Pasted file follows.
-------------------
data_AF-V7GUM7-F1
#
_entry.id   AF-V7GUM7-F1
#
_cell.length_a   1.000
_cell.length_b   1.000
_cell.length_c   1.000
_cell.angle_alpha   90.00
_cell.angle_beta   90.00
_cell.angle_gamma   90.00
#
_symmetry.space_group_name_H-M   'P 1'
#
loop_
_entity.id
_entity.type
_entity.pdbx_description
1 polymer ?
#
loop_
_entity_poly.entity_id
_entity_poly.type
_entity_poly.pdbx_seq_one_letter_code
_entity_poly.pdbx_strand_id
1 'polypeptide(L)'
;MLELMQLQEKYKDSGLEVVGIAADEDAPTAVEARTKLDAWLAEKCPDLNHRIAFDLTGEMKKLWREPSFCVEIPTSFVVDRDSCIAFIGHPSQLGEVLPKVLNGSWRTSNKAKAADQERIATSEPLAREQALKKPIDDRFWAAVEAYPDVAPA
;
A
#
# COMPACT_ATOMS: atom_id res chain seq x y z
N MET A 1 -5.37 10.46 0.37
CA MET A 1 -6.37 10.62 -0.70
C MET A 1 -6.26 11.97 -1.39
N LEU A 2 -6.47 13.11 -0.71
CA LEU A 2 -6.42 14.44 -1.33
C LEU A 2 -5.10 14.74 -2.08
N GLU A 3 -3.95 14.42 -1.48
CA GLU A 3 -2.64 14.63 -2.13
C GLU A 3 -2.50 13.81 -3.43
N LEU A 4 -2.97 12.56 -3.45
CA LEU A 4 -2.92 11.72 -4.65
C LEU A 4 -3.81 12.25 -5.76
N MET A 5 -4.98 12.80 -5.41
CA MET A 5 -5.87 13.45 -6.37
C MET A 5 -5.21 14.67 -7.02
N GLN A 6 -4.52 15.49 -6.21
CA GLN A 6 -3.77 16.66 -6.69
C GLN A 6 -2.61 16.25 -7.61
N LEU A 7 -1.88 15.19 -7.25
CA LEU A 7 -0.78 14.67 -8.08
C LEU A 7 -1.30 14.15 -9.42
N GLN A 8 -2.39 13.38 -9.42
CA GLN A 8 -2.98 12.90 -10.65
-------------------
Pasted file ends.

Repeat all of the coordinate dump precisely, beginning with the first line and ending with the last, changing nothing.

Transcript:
data_AF-V7GUM7-F1
#
_entry.id   AF-V7GUM7-F1
#
_cell.length_a   1.000
_cell.length_b   1.000
_cell.length_c   1.000
_cell.angle_alpha   90.00
_cell.angle_beta   90.00
_cell.angle_gamma   90.00
#
_symmetry.space_group_name_H-M   'P 1'
#
loop_
_entity.id
_entity.type
_entity.pdbx_description
1 polymer ?
#
loop_
_entity_poly.entity_id
_entity_poly.type
_entity_poly.pdbx_seq_one_letter_code
_entity_poly.pdbx_strand_id
1 'polypeptide(L)'
;MLELMQLQEKYKDSGLEVVGIAADEDAPTAVEARTKLDAWLAEKCPDLNHRIAFDLTGEMKKLWREPSFCVEIPTSFVVDRDSCIAFIGHPSQLGEVLPKVLNGSWRTSNKAKAADQERIATSEPLAREQALKKPIDDRFWAAVEAYPDVAPA
;
A
#
# COMPACT_ATOMS: atom_id res chain seq x y z
N MET A 1 -5.37 10.46 0.37
CA MET A 1 -6.37 10.62 -0.70
C MET A 1 -6.26 11.97 -1.39
N LEU A 2 -6.47 13.11 -0.71
CA LEU A 2 -6.42 14.44 -1.33
C LEU A 2 -5.10 14.74 -2.08
N GLU A 3 -3.95 14.42 -1.48
CA GLU A 3 -2.64 14.63 -2.13
C GLU A 3 -2.50 13.81 -3.43
N LEU A 4 -2.97 12.56 -3.45
CA LEU A 4 -2.92 11.72 -4.65
C LEU A 4 -3.81 12.25 -5.76
N MET A 5 -4.98 12.80 -5.41
CA MET A 5 -5.87 13.45 -6.37
C MET A 5 -5.21 14.67 -7.02
N GLN A 6 -4.52 15.49 -6.21
CA GLN A 6 -3.77 16.66 -6.69
C GLN A 6 -2.61 16.25 -7.61
N LEU A 7 -1.88 15.19 -7.25
CA LEU A 7 -0.78 14.67 -8.08
C LEU A 7 -1.30 14.15 -9.42
N GLN A 8 -2.39 13.38 -9.42
CA GLN A 8 -2.98 12.90 -10.65